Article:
Interesting article in ScienceDaily says that using the legs, particularly in weight-bearing exercise, sends signals to the brain that are vital for the production of healthy neural cells. The study gives doctors new clues as to why patients who are bed-ridden often rapidly decline in health. They not only lose muscle mass, but their body chemistry is altered at the cellular level and even their nervous system is adversely impacted.
The study was done on mice, but it doesn’t take much of a leap to see the implications for you and me. I’m sure it’ll spark more study but it seems like a good idea to avoid long periods of inactivity.
According to several sources like CNN/Money, tech stocks have finally recovered from the dot com crash, and it took 17 years. I carried a few tech stocks back then, and they all tanked, so I sold them years ago. I guess I could have waited 17 years. Lesson learned: diversify.
Khan Academy just added an Android app to go along with its existing iOS app. Download from Google Play and check it out. This is the future of learning, where the emphasis is placed on learning and not what the “education establishment” considers “education”. What I mean by that is that “professional educators” all too often are mostly concerned with two things. First, they want to keep the “education club” exclusive, optimizing their wages and job security, but not student success. Second, they emphasize testing as a way to rank students, not as a way to improve learning. There are exceptions of course. Khan Academy is one. For more on this subject, get this book.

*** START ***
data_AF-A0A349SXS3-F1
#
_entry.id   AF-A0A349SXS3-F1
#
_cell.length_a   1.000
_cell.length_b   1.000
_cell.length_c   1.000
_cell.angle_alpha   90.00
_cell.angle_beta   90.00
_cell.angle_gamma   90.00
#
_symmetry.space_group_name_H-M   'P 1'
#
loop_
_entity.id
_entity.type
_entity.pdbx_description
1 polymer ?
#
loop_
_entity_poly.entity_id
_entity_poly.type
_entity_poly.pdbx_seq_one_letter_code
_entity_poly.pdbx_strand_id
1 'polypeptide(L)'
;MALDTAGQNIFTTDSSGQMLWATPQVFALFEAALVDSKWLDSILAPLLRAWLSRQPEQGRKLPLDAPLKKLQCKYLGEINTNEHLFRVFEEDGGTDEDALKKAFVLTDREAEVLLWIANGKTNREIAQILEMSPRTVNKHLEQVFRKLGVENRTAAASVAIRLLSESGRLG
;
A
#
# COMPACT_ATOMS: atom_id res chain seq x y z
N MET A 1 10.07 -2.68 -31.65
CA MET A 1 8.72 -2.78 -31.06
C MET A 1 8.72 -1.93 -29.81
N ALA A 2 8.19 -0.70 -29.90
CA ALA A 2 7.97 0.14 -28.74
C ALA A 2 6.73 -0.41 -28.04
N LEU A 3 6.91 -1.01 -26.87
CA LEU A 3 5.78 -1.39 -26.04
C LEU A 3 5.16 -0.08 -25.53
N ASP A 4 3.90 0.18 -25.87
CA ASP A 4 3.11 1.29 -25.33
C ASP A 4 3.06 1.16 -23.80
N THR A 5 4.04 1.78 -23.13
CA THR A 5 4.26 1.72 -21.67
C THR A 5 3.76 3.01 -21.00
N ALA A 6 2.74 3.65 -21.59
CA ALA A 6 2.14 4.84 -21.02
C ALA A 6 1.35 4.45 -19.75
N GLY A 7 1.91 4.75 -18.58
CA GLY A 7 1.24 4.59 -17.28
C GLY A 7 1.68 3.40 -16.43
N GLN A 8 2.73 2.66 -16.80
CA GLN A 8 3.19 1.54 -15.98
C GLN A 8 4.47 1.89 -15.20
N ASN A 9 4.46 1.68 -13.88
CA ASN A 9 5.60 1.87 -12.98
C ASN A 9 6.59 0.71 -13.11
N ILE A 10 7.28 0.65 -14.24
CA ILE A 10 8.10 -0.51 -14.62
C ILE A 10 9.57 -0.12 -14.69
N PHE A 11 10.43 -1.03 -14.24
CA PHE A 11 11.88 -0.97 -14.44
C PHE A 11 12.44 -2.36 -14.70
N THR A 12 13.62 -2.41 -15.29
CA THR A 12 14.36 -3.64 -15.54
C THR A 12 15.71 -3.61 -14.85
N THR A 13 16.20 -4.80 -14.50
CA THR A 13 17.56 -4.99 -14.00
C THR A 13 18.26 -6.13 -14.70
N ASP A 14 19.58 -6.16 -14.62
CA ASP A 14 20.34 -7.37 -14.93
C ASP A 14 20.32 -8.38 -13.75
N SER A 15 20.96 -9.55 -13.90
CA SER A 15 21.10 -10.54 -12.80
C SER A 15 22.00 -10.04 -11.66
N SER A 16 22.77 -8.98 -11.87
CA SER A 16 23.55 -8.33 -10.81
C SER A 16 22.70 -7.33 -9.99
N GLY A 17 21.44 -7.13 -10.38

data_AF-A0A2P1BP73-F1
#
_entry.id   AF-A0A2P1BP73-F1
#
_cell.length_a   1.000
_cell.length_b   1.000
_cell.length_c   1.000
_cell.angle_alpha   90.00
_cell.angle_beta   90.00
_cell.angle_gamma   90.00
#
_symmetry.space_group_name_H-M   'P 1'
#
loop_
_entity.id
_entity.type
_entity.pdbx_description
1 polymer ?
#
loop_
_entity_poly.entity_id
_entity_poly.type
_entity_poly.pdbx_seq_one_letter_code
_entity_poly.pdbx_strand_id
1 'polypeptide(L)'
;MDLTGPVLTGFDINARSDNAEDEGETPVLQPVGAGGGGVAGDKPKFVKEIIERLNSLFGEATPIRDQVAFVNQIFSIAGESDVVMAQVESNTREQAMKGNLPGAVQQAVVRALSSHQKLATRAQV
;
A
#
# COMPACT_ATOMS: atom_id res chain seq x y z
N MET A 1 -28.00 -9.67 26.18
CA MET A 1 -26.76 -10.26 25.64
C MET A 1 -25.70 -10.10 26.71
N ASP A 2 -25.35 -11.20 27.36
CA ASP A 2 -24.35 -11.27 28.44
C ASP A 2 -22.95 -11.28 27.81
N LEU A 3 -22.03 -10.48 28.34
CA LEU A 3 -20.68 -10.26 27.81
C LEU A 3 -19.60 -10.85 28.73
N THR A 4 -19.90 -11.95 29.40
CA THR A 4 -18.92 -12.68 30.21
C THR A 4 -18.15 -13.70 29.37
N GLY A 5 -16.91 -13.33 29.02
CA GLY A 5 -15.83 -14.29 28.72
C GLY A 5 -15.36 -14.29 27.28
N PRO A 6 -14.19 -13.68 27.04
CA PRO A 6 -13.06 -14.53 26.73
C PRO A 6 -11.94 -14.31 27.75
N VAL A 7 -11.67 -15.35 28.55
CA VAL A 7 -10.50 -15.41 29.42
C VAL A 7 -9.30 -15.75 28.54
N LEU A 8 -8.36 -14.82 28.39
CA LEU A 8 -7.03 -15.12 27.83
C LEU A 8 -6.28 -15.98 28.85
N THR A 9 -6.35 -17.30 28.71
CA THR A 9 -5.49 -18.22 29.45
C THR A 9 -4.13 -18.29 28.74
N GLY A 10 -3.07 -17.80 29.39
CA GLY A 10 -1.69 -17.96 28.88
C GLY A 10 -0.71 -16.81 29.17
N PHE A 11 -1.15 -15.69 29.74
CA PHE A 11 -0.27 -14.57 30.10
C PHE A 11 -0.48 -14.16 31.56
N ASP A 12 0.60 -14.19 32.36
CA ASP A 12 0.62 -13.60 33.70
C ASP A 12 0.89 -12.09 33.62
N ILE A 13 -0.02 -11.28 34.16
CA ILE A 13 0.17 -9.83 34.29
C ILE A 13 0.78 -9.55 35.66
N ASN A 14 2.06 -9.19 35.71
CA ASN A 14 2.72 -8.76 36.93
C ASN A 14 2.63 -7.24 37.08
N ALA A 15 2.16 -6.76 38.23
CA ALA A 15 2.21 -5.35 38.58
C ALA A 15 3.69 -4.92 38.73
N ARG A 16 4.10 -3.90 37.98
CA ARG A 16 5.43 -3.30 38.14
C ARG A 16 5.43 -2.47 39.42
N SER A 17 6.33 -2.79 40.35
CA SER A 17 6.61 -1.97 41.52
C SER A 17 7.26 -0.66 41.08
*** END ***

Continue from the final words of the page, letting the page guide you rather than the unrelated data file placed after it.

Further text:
Nice chart from USPS showing which method is cheaper. First class for under 7 oz, media mail for greater.
According to Money Magazine, several top tier universities are beginning to offer credits towards a degree through competency-based testing. If you know the material, should it matter if you learned by sitting in a lecture, reading a book, or taking a free online course? The University of Wisconsin seems to be a leader in this progressive thinking, along with U of Mich, U of Texas system, and Purdue. Frankly, I’m a little surprised that these middle-of-the-country bastions of academia are on the forefront of what I think is a great idea. But it shows that the coasts aren’t always leading progress. If more institutions put students first, this would help slow the skyrocketing costs of college degrees.
According to a 11/24 article in the WSJ, 44% of 21-27 year-olds in the US have not tried Budweiser. There was a time that it was the “standard” lager that you either drank or claimed that your beer was better than. Times have changed for the better. So in an attempt to woo the younger crowd, the folks who own Bud will stop or slow down the use of their trademark hay burners.
As a sometimes-sailor, I have to pay homage to the passing of a true hero of sailing, the inventor of the Hobie Cat. Thank you Hobart, for what you gave the surfing and sailing worlds!